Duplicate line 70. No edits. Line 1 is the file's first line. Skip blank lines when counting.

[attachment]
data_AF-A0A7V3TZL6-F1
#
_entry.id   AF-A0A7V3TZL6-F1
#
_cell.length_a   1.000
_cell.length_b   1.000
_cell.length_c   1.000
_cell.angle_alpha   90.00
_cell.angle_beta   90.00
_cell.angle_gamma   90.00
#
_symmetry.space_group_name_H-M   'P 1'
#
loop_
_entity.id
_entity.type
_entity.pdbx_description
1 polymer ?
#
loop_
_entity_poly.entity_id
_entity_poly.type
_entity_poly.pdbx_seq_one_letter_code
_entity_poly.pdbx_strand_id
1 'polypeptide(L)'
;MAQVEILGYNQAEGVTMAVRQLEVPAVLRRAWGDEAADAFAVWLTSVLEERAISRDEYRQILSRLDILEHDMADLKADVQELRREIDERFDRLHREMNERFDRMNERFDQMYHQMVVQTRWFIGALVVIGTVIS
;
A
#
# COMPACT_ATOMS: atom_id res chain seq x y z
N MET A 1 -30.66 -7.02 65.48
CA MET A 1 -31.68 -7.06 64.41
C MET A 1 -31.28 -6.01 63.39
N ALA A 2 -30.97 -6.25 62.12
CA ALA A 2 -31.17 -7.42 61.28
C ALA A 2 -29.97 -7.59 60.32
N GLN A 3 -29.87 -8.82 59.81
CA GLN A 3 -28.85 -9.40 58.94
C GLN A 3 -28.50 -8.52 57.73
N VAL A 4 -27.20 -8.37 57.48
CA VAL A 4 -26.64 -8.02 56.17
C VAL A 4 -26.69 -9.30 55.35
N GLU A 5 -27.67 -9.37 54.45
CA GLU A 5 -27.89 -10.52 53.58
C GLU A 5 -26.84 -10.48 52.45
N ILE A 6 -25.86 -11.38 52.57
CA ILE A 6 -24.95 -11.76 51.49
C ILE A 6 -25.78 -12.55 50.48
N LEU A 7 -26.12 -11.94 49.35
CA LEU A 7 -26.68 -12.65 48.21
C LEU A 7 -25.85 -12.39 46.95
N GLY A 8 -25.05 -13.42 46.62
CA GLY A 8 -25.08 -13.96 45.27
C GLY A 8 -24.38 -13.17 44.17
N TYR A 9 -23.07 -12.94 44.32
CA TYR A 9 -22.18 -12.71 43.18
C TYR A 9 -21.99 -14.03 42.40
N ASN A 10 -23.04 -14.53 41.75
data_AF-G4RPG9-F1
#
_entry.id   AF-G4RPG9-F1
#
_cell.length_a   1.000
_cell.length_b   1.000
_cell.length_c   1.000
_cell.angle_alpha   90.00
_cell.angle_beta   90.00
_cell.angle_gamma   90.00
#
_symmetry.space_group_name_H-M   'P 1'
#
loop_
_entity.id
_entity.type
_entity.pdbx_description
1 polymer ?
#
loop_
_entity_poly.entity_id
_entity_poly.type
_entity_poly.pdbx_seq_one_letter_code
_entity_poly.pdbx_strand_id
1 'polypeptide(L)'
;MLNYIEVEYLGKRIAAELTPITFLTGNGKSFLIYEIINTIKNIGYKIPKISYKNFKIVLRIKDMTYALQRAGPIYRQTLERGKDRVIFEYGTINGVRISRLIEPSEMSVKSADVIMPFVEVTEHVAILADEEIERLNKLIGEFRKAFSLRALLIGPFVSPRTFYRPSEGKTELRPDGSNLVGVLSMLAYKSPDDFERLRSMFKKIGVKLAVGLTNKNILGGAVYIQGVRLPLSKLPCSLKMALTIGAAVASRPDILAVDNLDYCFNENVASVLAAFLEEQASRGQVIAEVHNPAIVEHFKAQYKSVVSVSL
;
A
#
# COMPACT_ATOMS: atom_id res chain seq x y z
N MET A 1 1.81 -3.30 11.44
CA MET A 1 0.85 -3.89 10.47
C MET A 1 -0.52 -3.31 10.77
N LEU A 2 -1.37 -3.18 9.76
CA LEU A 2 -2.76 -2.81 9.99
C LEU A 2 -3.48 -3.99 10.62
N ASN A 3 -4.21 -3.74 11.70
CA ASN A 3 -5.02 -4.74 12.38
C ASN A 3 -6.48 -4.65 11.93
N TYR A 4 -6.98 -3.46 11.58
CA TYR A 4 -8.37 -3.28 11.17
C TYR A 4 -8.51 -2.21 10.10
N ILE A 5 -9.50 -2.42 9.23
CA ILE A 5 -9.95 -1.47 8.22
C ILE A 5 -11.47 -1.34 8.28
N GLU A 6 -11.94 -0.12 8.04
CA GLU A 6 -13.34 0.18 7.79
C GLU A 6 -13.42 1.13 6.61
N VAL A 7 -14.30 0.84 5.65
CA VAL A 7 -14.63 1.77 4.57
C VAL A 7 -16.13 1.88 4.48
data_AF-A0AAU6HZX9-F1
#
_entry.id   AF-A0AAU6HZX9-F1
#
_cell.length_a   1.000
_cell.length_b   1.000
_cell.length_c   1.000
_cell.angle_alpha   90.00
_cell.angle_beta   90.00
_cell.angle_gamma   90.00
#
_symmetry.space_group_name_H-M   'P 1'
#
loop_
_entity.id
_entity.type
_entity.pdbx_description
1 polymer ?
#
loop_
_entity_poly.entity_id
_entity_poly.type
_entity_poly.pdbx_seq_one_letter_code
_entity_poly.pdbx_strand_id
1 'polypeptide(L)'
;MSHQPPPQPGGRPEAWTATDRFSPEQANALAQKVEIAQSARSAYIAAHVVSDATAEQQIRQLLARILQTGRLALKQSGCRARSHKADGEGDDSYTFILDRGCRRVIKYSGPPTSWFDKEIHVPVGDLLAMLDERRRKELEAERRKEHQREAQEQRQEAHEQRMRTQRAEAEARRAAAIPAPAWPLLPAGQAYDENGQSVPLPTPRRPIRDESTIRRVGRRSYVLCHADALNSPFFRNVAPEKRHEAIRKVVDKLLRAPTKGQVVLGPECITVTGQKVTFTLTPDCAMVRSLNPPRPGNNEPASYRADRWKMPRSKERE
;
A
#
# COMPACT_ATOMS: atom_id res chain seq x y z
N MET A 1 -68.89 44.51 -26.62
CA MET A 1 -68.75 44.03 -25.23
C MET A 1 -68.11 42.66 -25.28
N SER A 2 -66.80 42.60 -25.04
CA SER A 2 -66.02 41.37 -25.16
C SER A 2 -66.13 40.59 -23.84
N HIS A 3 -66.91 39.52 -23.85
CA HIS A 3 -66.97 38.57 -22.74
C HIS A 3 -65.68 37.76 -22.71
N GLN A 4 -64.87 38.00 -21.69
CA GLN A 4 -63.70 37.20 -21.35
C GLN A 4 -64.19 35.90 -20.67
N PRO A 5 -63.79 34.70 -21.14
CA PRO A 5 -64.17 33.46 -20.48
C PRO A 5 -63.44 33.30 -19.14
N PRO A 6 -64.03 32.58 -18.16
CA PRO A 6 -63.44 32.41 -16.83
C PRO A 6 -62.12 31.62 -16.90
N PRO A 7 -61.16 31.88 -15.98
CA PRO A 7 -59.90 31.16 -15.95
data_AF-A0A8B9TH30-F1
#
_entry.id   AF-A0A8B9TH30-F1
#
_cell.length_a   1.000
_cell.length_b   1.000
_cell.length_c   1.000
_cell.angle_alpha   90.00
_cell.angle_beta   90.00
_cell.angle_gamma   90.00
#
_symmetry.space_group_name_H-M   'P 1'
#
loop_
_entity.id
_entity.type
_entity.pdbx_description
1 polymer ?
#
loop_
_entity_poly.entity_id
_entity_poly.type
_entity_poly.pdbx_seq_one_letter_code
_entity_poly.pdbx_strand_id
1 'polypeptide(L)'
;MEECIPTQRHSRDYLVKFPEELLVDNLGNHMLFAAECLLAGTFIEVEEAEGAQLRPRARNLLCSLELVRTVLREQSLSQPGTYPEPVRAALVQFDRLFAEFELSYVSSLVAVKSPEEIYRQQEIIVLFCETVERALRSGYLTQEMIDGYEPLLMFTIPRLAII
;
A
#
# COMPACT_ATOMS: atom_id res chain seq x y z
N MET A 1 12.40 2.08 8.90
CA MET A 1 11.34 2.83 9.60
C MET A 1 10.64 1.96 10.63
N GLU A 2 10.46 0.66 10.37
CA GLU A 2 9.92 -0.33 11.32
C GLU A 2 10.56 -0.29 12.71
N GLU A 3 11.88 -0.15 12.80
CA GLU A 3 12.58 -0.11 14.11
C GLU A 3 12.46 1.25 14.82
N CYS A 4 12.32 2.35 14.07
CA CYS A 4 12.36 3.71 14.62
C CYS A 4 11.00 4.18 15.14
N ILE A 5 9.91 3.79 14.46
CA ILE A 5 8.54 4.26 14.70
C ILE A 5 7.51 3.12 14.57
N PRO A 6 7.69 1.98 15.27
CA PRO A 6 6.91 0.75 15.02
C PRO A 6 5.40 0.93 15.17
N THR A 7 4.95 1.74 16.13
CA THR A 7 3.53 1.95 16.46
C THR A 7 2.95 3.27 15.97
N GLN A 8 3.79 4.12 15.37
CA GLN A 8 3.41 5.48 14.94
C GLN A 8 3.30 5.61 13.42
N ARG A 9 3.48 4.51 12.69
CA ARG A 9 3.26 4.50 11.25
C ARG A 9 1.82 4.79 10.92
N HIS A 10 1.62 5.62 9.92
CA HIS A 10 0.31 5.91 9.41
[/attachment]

_symmetry.space_group_name_H-M   'P 1'